RANGOON — Pledging its support for plans to develop the Thilawa port near Burma’s largest city, the Japanese government stressed on Wednesday that the success of the project would depend largely on the commitment of the Burmese government and people.
“They [the Burmese] must take chief responsibility for this project, since it is in their country,” said Ichiro Maruyama, the deputy chief of mission at the Japanese embassy in Rangoon.
Speaking at a press conference on Wednesday, Maruyama said the Japanese government would help Burma if it can’t afford to pay for its 51 percent stake in the project, which will turn the Thilawa port, located about 25 km south of Rangoon, into a special economic zone (SEZ).
Deputy Minister of National Planning and Economic Development Set Aung, who is also the acting chairman of the Thilawa SEZ Management Committee, told The Irrawaddy that Japan has asked the Burmese government to form a public company to get the project off the ground.
“They [Japan] asked us to form a company as a first step to bring in private investors, and they also want the government to buy shares in the company to demonstrate its commitment to the project,” he said.
“If the government buys into the company, Japan will be more confident about getting involved,” he added.
The project faces numerous hurdles, including Burma’s chronic power shortages and its still shaky legal infrastructure for foreign investment. However, Maruyama said that Japan is committed to doing its part to make the project a success.
“Japan caused a lot of problems for Burma during the Second World War, so this is why we want to help now,” said Maruyama, adding that Japan is also keen to support Burma’s ongoing democratic transition.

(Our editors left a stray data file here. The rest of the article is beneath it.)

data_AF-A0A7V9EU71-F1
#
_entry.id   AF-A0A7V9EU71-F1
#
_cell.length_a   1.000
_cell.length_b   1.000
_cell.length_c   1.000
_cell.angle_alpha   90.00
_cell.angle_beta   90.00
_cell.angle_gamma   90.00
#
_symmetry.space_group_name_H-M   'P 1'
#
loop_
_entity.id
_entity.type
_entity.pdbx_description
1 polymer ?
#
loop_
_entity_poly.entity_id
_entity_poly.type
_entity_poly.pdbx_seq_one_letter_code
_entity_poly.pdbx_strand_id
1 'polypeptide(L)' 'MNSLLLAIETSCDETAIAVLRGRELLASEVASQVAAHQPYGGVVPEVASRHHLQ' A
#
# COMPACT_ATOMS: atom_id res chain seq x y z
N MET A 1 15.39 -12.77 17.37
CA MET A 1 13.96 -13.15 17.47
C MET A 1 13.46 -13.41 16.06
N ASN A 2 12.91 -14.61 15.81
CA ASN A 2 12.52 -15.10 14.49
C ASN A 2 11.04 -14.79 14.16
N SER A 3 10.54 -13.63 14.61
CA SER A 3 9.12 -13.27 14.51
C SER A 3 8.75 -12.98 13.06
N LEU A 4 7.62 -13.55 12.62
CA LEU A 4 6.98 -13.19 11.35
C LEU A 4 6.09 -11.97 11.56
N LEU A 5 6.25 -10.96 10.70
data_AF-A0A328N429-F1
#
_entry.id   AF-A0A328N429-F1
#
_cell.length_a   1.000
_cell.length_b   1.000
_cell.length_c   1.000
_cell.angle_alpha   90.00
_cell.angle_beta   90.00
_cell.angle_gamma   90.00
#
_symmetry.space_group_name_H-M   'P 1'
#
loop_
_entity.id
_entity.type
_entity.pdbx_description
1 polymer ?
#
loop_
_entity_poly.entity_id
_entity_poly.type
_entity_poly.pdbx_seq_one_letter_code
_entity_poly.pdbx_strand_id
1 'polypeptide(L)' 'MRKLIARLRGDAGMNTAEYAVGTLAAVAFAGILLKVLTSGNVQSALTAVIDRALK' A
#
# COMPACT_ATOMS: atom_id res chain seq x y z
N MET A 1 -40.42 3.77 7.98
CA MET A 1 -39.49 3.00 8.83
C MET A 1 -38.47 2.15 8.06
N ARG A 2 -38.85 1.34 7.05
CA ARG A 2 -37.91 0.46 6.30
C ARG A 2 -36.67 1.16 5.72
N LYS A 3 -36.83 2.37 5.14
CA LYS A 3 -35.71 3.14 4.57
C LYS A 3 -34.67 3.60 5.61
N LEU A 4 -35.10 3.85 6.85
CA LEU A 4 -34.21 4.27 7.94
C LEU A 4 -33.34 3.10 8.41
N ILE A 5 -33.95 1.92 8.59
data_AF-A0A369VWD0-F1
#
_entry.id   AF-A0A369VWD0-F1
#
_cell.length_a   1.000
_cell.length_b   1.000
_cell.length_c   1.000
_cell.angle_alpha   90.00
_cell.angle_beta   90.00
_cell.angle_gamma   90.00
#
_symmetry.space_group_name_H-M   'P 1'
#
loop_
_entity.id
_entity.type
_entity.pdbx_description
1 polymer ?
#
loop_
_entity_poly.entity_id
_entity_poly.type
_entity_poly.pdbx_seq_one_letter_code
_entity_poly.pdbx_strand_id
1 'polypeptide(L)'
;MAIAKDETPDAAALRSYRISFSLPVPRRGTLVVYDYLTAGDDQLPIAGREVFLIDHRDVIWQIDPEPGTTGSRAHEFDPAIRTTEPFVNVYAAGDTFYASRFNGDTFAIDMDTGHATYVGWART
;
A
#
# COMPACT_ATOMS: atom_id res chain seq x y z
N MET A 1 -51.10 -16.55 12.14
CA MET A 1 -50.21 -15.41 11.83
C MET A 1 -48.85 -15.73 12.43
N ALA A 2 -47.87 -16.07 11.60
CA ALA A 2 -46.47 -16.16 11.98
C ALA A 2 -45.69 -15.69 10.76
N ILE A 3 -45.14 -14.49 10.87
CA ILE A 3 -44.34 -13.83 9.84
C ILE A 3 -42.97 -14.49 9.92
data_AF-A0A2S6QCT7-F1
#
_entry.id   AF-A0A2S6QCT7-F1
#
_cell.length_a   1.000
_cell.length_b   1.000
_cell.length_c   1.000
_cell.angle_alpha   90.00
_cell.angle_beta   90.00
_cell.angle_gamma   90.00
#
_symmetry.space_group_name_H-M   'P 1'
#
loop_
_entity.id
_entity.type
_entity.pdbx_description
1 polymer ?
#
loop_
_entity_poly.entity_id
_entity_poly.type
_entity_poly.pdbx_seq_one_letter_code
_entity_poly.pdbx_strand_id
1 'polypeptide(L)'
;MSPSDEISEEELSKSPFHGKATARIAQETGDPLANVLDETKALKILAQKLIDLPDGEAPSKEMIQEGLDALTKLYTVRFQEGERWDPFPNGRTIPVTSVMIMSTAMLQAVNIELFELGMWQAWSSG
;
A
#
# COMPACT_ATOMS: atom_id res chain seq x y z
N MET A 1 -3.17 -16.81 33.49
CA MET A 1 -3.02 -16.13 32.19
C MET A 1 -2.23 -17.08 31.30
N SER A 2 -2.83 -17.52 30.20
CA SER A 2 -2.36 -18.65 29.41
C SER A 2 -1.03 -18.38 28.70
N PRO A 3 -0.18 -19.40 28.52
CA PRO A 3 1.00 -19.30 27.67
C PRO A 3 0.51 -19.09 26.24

To support the Thilawa project, and as part of its efforts to help Burma develop its economy, Japan has also pledged to open technical institutes in the country that will bring in experts from around the region.
Burma and Japan signed a memorandum of understanding in December agreeing to cooperate on the Thilawa SEZ, which will include factories for both high-tech and labor-intensive industries. The project covers an area of more than 2,000 hectares and straddles Thanlyin and Kyauktan Townships in Rangoon Division.
Japan is Burma’s 12th largest source of foreign investment, having injected just US $217 million into the country’s economy since 1988. However, in the wake of recent political and economic reforms, Japanese companies have shown a strong interest in returning to Burma to take advantage of its young labor force and abundant natural resources.
Japanese Finance Minister Taro Aso traveled to Burma last week, offering to provide $576 million in fresh low-interest loans by March after writing off overdue debt totaling around $5.8 billion by the end of January.
Aso visited Thilawa last Friday after meeting President Thein Sein in Naypyidaw the previous day. It was the first overseas trip by a member of the newly formed cabinet of Japan’s recently elected Prime Minister Shinzo Abe.